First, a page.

Sunday, December 16, 2012

Cabo Rojo Combate Access 12/11: Brown Booby, Wilson's Plover, Red-necked Phalarope

Greater Yellowleg
Photos: Shari Zirlin

White-cheeked Pintails
At lunch I mentioned to Sergio that I'd been seeing road signs to Combate, and asked if that was the same place that eBird had listed as Cambate Access. He said, yes, probably it was misspelled on eBird. Not being really familiar with the area I wasn't sure if we'd ever been there, but Sergio said it was a good place to go, so that was our next stop.  It turned out we hadn't every visited this spot, another salt pond close to the bay. Shari & I were struck by how similar it was to East Pond of Jamaica Bay, in that you could get close to the birds without disturbing them.

Again, thanks to Sergio, we started to find rare birds for Puerto Rico as well as some year birds. In the bay, far out, roosting on a buoy were 6 or 7 Brown Boobies, the first ones we've seen since the one last year in Cape May.

There were many plovers and sandpipers picking at the water edge. Sergio found a small flock of Wilson's Plovers loafing on some driftwood in the middle of the pond. The heavier bill and the lighter breast band were distinctive. There were also more Lesser Scaup on the flats.

But the big news, for Sergio, was when he found first one then 3 Red-necked Phalaropes which Shari & I both got on right away, their white faces standing out from the many yellowlegs and Stilt Sandpipers around them. Then Sergio really got excited when in with the 3 red-necks he found a phalarope with a white face but no dark mask: Wilson's Phalarope. All 4 were acting like phalaropes, that is, like crazy birds.

There were some Cave Swallows overhead, as there had been at the lagoon. Sergio pointed to one and just as it flew over my head I saw the brown breast band and knew it was a Bank Swallow, yet another rare bird for the island.

The path took us through a small grove of trees. Suddenly a troupial zipped by our heads, a flash of yellow and black. It was as close as Shari got to seeing one on this trip. She did have better luck with the Antillean Mangoes we saw.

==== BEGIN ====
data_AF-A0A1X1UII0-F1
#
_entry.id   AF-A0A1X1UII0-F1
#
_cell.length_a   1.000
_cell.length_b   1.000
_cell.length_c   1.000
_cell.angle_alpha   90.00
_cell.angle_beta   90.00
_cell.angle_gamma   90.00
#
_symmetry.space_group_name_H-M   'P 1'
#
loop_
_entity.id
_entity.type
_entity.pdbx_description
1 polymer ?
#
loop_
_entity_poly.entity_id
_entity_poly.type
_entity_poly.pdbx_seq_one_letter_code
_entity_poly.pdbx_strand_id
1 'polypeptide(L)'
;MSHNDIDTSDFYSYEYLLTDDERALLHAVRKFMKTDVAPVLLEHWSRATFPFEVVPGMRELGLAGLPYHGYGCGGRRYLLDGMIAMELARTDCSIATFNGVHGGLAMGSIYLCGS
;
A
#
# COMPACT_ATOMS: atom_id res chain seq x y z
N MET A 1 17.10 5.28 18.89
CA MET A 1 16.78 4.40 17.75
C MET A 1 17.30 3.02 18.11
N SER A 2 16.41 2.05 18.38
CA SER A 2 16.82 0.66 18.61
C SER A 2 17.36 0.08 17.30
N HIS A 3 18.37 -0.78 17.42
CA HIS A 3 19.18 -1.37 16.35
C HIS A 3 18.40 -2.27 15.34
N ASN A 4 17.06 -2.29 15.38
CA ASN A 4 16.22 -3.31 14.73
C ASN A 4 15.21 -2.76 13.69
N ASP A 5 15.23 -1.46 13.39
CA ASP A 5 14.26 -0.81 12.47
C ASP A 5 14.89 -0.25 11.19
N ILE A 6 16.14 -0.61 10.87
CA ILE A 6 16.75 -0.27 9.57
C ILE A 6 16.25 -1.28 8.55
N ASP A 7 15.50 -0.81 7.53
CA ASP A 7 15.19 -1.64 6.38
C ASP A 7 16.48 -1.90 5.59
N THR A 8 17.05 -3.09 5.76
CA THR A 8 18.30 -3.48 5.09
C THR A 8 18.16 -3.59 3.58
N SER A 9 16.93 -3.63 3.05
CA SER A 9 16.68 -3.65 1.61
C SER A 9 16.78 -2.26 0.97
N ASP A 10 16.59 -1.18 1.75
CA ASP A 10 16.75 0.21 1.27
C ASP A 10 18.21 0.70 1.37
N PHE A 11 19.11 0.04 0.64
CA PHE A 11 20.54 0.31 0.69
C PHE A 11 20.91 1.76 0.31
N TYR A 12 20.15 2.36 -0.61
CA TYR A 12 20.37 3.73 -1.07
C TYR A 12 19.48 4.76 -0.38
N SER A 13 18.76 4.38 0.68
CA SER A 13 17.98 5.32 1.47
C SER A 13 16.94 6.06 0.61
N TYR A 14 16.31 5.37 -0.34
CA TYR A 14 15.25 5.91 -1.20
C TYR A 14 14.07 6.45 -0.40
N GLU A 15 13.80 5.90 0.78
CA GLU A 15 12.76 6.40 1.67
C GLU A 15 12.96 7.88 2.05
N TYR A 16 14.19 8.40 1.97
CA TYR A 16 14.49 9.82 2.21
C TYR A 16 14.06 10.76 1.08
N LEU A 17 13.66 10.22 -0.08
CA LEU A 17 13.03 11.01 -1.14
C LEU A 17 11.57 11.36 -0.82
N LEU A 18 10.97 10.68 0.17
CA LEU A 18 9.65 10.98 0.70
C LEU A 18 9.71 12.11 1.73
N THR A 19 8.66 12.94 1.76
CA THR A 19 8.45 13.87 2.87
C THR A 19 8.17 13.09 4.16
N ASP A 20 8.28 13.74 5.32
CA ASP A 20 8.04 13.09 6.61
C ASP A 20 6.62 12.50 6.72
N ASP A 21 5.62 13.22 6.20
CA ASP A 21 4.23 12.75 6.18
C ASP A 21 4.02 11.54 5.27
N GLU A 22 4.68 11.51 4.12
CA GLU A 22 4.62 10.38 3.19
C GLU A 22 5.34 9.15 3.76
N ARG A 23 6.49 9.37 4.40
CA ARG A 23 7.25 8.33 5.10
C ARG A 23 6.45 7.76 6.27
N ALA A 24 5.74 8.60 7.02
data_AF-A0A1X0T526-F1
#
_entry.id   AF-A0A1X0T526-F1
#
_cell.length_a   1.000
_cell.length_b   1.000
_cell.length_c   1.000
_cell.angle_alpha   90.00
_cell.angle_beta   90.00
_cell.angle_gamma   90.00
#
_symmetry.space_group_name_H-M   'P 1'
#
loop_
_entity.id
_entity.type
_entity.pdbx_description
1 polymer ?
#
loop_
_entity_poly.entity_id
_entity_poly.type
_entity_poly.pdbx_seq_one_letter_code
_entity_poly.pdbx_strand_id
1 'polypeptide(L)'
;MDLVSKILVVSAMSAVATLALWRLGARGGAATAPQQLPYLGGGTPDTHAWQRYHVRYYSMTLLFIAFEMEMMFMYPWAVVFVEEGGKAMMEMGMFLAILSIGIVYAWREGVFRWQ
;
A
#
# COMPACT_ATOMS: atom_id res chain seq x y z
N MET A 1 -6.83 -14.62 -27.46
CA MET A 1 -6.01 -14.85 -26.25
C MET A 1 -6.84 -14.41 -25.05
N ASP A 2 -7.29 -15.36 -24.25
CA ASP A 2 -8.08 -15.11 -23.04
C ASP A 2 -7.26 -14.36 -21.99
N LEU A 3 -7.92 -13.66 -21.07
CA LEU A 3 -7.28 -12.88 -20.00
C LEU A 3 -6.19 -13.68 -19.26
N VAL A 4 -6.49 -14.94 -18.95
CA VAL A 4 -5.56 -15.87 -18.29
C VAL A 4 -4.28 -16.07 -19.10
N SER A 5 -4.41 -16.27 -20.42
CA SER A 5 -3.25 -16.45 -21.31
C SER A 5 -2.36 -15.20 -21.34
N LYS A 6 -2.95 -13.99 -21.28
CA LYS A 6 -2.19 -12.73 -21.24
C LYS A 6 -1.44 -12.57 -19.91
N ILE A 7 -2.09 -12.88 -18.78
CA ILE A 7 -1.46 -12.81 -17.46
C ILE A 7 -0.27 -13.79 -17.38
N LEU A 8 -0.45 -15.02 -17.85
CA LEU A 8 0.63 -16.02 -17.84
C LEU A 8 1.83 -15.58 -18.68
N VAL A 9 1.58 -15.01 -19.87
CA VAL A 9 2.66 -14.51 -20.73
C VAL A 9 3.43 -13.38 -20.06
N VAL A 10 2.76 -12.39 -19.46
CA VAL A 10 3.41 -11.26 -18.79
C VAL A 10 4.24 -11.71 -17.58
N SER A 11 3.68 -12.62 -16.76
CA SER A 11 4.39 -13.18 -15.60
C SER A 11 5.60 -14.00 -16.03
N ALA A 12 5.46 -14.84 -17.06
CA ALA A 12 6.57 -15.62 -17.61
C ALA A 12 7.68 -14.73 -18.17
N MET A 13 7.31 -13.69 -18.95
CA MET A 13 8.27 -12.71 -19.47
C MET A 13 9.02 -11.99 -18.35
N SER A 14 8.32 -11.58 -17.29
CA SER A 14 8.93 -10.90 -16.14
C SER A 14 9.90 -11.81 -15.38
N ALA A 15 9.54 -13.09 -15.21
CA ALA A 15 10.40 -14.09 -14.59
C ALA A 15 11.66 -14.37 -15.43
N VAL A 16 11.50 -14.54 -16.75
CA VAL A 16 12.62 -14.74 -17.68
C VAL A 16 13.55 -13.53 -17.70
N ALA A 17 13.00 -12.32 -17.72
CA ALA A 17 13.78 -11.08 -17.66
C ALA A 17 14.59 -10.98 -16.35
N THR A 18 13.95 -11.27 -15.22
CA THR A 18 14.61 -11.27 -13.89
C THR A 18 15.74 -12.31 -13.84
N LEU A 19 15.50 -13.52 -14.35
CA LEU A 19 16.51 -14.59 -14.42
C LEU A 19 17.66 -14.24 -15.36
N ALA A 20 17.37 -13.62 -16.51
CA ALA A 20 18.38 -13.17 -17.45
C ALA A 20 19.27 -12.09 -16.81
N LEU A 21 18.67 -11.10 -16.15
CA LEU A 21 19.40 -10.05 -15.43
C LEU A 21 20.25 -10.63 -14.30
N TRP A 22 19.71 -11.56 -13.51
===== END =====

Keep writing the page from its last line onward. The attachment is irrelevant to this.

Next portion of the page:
Antillean Mango (male)
We walked the edge of the pond for over 2 hours. Walking back to the car I spotted a plover that didn't look "right." I scoped it, call Sergio over, and was amazed to have found an American Golden Plover, yet another island rarity.  That was the last bird found on a very successful day. For the 2 spots we totaled 66 species.
West Indian Whistling-Duck     30
American Wigeon     3
Blue-winged Teal     175
Northern Shoveler     16
White-cheeked Pintail     35
Ring-necked Duck *    1
Lesser Scaup*     10
Masked Duck*     1
Ruddy Duck     20
Pied-billed Grebe     1
Magnificent Frigatebird     2
Brown Booby     6
Great Egret     15
Cattle Egret     40
Glossy Ibis     1
Turkey Vulture     21
Osprey     2
Red-tailed Hawk     1
Sora     2
Purple Gallinule     3
Common Gallinule     30
American Coot     1
Caribbean Coot     15
Black-bellied Plover     1
American Golden-Plover*     1
Wilson's Plover     6
Semipalmated Plover     25
Killdeer     12
Black-necked Stilt     3
Spotted Sandpiper     3
Greater Yellowlegs     25
Lesser Yellowlegs     300
Sanderling     3
Semipalmated Sandpiper     20
Western Sandpiper     1
Least Sandpiper     5
Stilt Sandpiper     50
Wilson's Phalarope*     1
Red-necked Phalarope *    3
Royal Tern     1
Rock Pigeon     4
Mourning Dove     1
Common Ground-Dove     12
Smooth-billed Ani     2
Antillean Mango     3
Belted Kingfisher     2
American Kestrel     2
Caribbean Elaenia     1
Gray Kingbird     15
Bank Swallow*     1
Barn Swallow     4
Cave Swallow     16
Northern Mockingbird     2
Northern Parula     2
Yellow Warbler     1
Adelaide's Warbler     1
Bananaquit     1
Yellow-faced Grassquit     2
Black-faced Grassquit     1
Greater Antillean Grackle     30
Venezuelan Troupial     1
House Sparrow     3
Orange-cheeked Waxbill     15
Bronze Mannikin     10

* Rare for Puerto Rico


  1. Phalaropes are crazy because? Are they the ones that spin in circles to dredge up food?